The New York GAA passes a proud milestone this year reaching its 100th anniversary. Heartiest congratulations to the association on reaching a magnificent milestone.
The mission statement for the New York GAA is as relevant now as it was back then, to promote the sport and culture of Gaelic games and to ensure that future generations of Irish here will take part in them.
But football and hurling are only two of the most important facets of the GAA.
The networking, cultural links and social side of the GAA are just as important, especially for immigrants who will always find in the GAA a home away from home.
In this generation, with legal emigration at a standstill, the role of the GAA in bringing in Irish American players, sons and daughters of emigrants and others, is a vital new link.
New York has been especially successful in creating juvenile teams, especially through their Rockland County and Queens hubs where literally thousands of kids have become involved.
The upsurge in youth, alas, is not enough to cover the fact that without future emigration, hurling especially is in trouble in New York with the number of teams dropping sharply.
The GAA has always been as much about community as sport. Given the resurgence of emigration from Ireland in recent years, the number of GAA clubs worldwide has increased dramatically, especially in Australia and Canada. The Irish communities involved have benefitted greatly from the GAA presence.
New York has played an outsized role in that regard over the generations, providing a starting point for those just off the boat or the plane to find work, meet new friends and become part of the community.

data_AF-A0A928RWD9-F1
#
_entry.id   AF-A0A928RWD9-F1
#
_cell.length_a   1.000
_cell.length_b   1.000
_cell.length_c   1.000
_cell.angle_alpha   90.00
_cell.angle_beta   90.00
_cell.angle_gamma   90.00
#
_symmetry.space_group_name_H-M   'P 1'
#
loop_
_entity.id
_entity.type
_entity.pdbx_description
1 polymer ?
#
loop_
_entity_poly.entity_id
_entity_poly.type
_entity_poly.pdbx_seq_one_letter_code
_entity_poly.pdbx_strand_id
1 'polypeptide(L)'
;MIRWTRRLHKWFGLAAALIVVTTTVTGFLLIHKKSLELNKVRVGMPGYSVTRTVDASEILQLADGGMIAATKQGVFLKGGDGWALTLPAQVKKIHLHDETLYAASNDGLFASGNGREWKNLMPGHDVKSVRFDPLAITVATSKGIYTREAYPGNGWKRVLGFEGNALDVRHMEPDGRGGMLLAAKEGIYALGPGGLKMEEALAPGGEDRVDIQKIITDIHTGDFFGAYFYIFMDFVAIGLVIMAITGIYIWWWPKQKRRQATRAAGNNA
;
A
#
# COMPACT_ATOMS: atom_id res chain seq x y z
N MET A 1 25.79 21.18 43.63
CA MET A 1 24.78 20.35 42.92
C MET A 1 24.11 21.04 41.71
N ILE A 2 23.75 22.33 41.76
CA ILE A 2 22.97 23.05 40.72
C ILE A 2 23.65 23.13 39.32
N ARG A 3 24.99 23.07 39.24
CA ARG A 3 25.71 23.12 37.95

Arguably, the GAA is the most important Irish American organization of all, especially for immigrants who do not have family ties when they arrive in the new country.
Matches of a different kind are also a part of the community. Many a marriage has been made in Gaelic Park in The Bronx and will continue to be made no doubt.
The highlight of the 100 years in New York was undoubtedly the staging of the only All-Ireland football final played outside Ireland in 1947 when Kerry lost to Cavan in sweltering heat.
The final was played in New York to inspire Irish clubs outside Ireland to continue to play Gaelic games and to commemorate the 100th anniversary of the Great Hunger.
Over 30,000 attended the final in the Polo Grounds in The Bronx, and 1,500 were at the post-match banquet at the Hotel Commodore in Manhattan.
No mention of New York GAA would be complete without referring to the legendary John Kerry O’Donnell who embodied so much of the GAA in New York for decades.
Love him or hate him — and John Kerry had many advocates for both points of view — he ran a tight ship through good times and bad for a half century between 1941 and 1991.
The pity of it is that in all their time in New York, the GAA did not definitively purchase their own playing field and currently share the space with Manhattan College. It seems as if that will be the situation for years to come, as the GAA just announced plans for a million-dollar refurbishment of Gaelic Park.
Overall it has been a positive century in New York, and Gaelic games are thriving among the young. The sadness is that the emigration crisis has impacted the GAA perhaps more than any Irish group.
Their future is more tied to immigration reform than almost any other Irish group. Let us hope it happens soon.
The strange history of the Nazi plans to invade Ireland